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US considers Pak's ISI as terrorist organisation: report

By Pti
Terrorism in Pakistan
London/Islamabad, April 25: US authorities have described Pakistan's powerful Inter-Services Intelligence agency as a terrorist organisation and considered it as much of a threat as al-Qaeda and the Taliban, according to a secret document which also names LeT, Jaish-e-Mohammed and HuJI.

Recommendations to interrogators at Guantanamo Bay rank the Inter-Services Intelligence Directorate alongside al-Qaida, Hamas and Hezbollah in Lebanon as threats, ''The Guardian'' reported quoting secret US files obtained by it.

"Being linked to any of these groups is an indication of terrorist or insurgent activity," the documents dated September 2007 said.

"Through associations with these...organisations, a detainee may have provided support to al-Qaeda or the Taliban, or engaged in hostilities against US or coalition forces (in Afghanistan)," the document said.

A New York Times report quoted a document as saying that detainees associated with the ISI and the militant groups "may have provided support to al-Qaida or the Taliban, or engaged in hostilities against US or Coalition forces".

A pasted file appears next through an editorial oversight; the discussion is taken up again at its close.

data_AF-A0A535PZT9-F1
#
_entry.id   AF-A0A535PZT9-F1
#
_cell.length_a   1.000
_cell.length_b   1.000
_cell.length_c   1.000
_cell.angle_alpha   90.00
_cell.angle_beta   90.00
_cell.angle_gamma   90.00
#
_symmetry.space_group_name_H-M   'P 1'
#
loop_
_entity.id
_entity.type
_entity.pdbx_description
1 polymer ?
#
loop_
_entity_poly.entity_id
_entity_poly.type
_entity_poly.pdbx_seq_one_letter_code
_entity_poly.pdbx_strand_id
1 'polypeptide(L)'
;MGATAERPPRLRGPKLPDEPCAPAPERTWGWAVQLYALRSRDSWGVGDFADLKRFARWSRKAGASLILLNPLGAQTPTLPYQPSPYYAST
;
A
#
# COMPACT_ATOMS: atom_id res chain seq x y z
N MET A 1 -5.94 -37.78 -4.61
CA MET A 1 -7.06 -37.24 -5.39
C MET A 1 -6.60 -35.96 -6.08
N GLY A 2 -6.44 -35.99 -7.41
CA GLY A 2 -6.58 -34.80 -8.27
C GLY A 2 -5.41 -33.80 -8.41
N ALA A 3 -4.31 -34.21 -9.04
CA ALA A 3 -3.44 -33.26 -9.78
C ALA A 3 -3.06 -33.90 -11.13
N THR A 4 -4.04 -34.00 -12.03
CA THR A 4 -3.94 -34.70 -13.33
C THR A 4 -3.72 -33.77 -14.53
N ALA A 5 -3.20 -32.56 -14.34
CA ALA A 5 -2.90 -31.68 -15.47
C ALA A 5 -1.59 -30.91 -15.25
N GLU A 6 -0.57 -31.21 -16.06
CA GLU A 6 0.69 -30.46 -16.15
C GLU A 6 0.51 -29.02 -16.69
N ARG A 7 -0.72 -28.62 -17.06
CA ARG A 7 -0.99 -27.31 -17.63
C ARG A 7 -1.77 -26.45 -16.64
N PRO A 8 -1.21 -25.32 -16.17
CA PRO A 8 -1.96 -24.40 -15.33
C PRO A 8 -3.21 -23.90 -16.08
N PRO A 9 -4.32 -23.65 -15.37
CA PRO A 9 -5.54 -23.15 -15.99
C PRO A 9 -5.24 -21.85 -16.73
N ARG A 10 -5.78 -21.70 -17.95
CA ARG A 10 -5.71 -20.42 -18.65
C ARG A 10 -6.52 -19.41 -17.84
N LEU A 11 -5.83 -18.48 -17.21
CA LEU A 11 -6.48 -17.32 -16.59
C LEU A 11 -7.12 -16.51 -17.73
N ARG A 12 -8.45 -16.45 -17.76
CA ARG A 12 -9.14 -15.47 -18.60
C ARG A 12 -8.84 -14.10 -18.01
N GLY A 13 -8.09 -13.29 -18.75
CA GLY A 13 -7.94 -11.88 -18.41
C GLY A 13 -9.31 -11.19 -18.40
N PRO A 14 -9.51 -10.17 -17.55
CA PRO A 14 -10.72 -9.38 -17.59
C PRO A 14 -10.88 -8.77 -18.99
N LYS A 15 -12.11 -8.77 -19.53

The document provides "indicators" to officials to determine a "detainee''s capabilities and intentions to pose a terrorist threat if the detainee were given an opportunity".

It lists 36 groups and organisations as "terrorist and terrorist support entities".

Besides LeT, blamed for Mumbai attacks, JeM and Harkar ul-Jihad, which have carried out blasts in India, other Pakistan-based groups in the list are Ansar al-Islam, Harkat ul-Mujahideen (HuM) and the Markaz Dawah al-Irshad, the erstwhile political wing of the LeT.

There was no official word from Pakistani authorities on the development.

The revelation has come at a time when ties between the US and Pakistan and their spy agencies have been strained by several incidents.

The relations plunged to a new low after CIA contractor Raymond Davis gunned down two Pakistani men in Lahore in January.

Davis was freed after over two million dollars was paid to the families of the dead men in March but ties took a turn for the worse due to Pakistan's angry opposition to a US drone strike carried out a day after Davis' release that killed over 40 people.

The fresh revelation on ISI links with terror groups, The Guardian said, comes on the heels of its own "published evidence" that US intelligence services had been receiving reports of ISI support for the Taliban in Afghanistan for many years.


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